Interesting piece in the most recent issue of Time magazine on the growing prominence of drones – over the battlefields and over lots of other types of terrain here at home. I first learned of the ubiquitous presence of drones several years ago while driving with a friend from Washington to the Virginia suburbs. One of his co-workers at the Federal Aviation Administration worked in a department that registers and licenses the unmanned flying whatevers, and they apparently come in various shapes and sizes and are employed for an increasingly long list of reasons by everyone from hobbyists to weather forecasters, law enforcement personnel to war pilots who fly their “sorties” by remote control at a distance of thousands of miles from the target.
The jarring reality of how drones are changing not only the nature of war but, more ominously, our moral bearings in the conduct of war was eloquently expressed by Mary Ellen O'Connell, a University of Notre Dame Law School professor and an ardent critic of the use of drones outside of established conflict zones in a Nov. 5 story in NCR.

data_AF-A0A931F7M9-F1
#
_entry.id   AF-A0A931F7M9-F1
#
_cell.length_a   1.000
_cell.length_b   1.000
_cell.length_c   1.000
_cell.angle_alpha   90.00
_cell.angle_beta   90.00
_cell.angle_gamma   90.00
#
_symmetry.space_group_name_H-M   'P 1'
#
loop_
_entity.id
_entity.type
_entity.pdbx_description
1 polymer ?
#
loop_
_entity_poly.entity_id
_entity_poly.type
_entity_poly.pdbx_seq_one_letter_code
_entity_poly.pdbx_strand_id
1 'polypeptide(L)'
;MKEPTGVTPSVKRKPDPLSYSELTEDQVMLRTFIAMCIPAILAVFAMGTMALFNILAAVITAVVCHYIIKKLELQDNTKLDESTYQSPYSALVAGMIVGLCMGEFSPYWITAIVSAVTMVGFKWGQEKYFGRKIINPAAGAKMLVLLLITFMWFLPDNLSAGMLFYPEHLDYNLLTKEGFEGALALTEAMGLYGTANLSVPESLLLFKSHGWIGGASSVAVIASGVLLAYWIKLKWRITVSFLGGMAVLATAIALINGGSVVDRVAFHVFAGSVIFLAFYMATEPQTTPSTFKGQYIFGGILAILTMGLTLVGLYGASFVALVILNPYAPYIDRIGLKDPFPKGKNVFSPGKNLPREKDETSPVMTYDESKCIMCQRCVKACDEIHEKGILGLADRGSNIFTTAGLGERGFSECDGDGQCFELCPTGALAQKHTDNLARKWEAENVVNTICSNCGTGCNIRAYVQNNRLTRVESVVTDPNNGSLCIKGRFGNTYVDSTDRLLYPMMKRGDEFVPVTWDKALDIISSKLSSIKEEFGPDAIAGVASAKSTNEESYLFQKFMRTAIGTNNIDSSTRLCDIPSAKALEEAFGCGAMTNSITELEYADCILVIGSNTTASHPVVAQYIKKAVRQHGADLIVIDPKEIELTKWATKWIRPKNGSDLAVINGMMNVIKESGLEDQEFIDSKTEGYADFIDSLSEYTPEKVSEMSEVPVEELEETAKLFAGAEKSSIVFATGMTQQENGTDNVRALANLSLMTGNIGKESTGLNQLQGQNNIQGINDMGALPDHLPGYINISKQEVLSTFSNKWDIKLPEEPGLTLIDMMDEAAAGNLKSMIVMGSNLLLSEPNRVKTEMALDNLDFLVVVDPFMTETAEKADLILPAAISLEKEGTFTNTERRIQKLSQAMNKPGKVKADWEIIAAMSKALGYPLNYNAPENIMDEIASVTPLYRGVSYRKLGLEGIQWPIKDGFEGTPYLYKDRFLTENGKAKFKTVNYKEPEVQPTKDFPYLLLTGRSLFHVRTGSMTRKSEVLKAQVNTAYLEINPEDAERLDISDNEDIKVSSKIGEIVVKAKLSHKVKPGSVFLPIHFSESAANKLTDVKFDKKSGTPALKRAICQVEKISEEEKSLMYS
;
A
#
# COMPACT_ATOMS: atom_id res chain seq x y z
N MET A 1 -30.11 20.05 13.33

O’Connel’s point was that the efficiency of drones is beside the point. If they are used to kill people outside of an acknowledged battlefield, that is, to pursue people in sovereign countries with whom we are not at war, those uses are a violation of international law. And the sense that the U.S. can simply engage in the practice at will because it is the most powerful nation at the moment, is a dangerous way to go about reforming international law.
She also believes the use of drones for such purposes (she is not opposed, by the way, to the use of drones in recognized “battlefields” such as Afghanistan) are ineffective. She said the pursuit of international criminals by international law enforcement efforts is more effective and less destructive to alliances with countries such as Pakistan.
The Times piece notes that while drone attacks are viewed as having been “an overwhelming success” when considering the results “strictly by the numbers,” they also have led the United States “into a labyrinth of confusion and moral compromise.”
Drones have flown, as it were, below the public radar for years, but the debate over their use and the consequences of conducting strikes against countries with whom we are not at war or that are even considered allies, is beginning to heat up.
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